Although not for the faint of heart (nor for the pure of heart), Perl does support a goto operator. There are three forms: gotoLABEL, gotoEXPR, and goto &NAME.
The gotoLABEL form finds the statement labeled with LABEL and resumes execution there. It cant be used to jump into any construct that requires initialization, such as a subroutine or a foreach loop. It also can't be used to jump into a construct that has been optimized away (see Chapter 18, "Compiling"). It can be used to go almost anywhere else within the current block or any block in your dynamic scope (that is, a block you were called from). You can even goto out of subroutines, but it's usually better to use some other construct. The author of Perl has never felt the need to use this form of goto (in Perl, that is--C is another matter).
The gotoEXPR form is just a generalization of gotoLABEL. It expects the expression to produce a label name, whose location obviously has to be resolved dynamically by the interpreter. This allows for computed gotos per FORTRAN, but isn't necessarily recommended if you're optimizing for maintainability:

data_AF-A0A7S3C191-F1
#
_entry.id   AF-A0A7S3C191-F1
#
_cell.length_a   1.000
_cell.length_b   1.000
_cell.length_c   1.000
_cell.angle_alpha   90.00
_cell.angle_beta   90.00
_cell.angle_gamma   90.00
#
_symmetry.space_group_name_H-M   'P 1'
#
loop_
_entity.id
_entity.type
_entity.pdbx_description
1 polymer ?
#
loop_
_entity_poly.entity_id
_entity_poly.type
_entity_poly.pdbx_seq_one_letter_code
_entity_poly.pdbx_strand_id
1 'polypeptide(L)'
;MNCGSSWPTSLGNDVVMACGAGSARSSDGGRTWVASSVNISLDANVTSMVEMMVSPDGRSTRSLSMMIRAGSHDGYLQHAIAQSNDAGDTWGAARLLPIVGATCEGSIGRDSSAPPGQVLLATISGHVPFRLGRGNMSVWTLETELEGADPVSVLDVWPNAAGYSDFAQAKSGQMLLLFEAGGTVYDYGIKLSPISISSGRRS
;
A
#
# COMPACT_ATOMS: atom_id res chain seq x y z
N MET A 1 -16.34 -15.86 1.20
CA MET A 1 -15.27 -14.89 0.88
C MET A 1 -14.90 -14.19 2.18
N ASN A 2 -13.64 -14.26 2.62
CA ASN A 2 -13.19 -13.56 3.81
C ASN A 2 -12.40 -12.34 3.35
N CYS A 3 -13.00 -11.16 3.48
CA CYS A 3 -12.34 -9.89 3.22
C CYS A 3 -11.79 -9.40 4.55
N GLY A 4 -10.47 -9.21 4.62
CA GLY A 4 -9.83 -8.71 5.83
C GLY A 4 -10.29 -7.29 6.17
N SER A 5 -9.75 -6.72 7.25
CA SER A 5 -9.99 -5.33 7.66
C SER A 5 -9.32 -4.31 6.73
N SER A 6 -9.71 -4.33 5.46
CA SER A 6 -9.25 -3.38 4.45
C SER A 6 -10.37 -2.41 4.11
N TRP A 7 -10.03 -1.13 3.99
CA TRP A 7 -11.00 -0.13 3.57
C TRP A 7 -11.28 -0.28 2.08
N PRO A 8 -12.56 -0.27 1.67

In almost all cases like this, it's usually a far, far better idea to use the structured control flow mechanisms of next, last, or redo instead of resorting to a goto. For certain applications, a hash of references to functions or the catch-and-throw pair of eval and die for exception processing can also be prudent approaches.goto(("FOO", "BAR", "GLARCH")[$i]); # hope 0 <= i < 3 @loop_label = qw/FOO BAR GLARCH/; goto $loop_label[rand @loop_label]; # random teleport
The goto &NAME form is highly magical and sufficiently removed from the ordinary goto to exempt its users from the opprobrium to which goto users are customarily subjected. It substitutes a call to the named subroutine for the currently running subroutine. This behavior is used by AUTOLOAD subroutines to load another subroutine and then pretend that the other subroutine was called in the first place. After the goto, not even caller will be able to tell that this routine was called first. The autouse, AutoLoader, and SelfLoader modules all use this strategy to define functions the first time they're called, and then to jump right to them without anyone ever knowing the functions weren't there all along.
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